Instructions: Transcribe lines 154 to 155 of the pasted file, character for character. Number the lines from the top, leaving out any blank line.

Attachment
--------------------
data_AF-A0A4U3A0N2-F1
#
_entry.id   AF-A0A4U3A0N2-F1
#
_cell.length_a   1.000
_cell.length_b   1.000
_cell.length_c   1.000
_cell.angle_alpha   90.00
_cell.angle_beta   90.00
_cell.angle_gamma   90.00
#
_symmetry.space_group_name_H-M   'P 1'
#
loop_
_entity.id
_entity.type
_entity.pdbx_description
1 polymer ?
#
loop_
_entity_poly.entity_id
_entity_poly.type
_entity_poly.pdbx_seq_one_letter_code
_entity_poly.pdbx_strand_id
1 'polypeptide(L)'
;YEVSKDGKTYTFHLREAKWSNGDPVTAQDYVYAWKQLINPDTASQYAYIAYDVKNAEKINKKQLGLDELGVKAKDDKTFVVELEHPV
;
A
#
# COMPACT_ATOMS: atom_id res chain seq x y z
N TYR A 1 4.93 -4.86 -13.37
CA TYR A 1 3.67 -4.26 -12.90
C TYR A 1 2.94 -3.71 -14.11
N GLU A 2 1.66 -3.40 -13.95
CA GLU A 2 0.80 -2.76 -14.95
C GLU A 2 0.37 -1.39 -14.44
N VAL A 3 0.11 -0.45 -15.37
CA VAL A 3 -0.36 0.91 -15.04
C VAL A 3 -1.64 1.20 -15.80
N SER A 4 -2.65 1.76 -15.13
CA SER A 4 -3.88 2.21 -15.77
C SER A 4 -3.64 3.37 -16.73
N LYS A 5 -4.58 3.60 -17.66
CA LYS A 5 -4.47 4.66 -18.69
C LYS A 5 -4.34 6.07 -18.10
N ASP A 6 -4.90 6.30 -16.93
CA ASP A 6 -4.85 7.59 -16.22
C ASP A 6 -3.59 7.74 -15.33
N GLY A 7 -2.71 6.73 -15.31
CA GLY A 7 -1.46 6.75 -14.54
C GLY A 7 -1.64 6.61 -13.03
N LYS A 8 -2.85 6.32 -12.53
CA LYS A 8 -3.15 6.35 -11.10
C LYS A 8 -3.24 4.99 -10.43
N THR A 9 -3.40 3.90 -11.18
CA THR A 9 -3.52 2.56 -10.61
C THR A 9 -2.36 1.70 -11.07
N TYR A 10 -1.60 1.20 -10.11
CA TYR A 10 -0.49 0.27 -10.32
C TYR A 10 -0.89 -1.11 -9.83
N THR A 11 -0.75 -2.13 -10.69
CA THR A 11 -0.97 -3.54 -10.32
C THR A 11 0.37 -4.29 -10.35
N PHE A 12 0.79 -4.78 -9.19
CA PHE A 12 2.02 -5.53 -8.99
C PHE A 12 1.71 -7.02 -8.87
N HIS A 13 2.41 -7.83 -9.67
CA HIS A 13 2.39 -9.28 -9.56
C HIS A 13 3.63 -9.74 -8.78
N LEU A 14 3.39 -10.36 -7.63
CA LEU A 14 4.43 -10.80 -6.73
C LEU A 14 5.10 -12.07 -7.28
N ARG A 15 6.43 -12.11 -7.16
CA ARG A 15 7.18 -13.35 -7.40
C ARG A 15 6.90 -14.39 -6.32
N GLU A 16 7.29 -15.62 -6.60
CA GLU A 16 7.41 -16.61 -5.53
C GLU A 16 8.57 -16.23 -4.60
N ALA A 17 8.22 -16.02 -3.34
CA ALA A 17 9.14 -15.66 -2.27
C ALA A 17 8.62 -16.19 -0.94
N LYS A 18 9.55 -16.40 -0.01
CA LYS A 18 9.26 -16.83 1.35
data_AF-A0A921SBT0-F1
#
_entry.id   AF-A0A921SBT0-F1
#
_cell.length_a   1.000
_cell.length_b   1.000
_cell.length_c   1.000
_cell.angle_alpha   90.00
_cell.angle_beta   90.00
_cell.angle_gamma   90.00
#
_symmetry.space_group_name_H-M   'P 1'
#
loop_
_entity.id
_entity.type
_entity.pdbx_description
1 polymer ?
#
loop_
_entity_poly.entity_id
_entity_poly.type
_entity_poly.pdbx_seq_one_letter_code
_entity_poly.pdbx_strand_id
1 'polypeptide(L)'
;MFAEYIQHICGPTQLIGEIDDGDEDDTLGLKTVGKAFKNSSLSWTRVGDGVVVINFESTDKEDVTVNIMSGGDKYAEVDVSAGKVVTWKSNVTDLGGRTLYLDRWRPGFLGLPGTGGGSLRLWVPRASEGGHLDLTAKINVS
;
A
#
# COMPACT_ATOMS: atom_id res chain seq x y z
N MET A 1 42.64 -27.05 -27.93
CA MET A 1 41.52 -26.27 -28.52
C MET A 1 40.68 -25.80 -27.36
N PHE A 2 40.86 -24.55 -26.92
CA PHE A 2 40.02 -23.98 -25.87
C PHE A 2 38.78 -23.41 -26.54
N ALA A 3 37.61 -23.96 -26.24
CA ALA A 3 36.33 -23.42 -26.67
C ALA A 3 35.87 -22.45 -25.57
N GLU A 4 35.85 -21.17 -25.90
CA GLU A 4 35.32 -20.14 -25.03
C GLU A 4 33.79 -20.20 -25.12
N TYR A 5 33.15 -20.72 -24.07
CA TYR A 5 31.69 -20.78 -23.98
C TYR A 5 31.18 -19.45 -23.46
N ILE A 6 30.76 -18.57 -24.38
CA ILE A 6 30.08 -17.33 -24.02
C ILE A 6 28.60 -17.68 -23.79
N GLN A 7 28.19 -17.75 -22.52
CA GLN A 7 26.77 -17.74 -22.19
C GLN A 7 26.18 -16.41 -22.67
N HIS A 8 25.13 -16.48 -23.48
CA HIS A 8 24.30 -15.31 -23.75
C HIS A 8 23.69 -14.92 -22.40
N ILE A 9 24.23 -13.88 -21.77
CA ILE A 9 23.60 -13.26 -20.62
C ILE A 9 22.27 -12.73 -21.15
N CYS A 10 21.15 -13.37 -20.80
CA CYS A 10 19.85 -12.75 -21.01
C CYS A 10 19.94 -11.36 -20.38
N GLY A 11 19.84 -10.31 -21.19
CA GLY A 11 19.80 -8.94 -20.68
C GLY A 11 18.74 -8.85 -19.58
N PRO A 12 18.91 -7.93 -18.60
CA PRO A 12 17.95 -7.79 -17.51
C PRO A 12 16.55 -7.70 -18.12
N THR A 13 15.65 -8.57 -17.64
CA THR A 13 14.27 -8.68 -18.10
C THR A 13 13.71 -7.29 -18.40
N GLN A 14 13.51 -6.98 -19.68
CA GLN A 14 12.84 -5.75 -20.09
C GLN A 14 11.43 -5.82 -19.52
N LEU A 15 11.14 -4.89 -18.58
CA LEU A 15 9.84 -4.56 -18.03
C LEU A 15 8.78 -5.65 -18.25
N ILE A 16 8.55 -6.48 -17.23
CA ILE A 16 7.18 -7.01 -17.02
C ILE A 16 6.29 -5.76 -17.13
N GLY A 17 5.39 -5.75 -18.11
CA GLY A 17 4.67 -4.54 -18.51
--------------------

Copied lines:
CA GLN A 14 12.84 -5.75 -20.09
C GLN A 14 11.43 -5.82 -19.52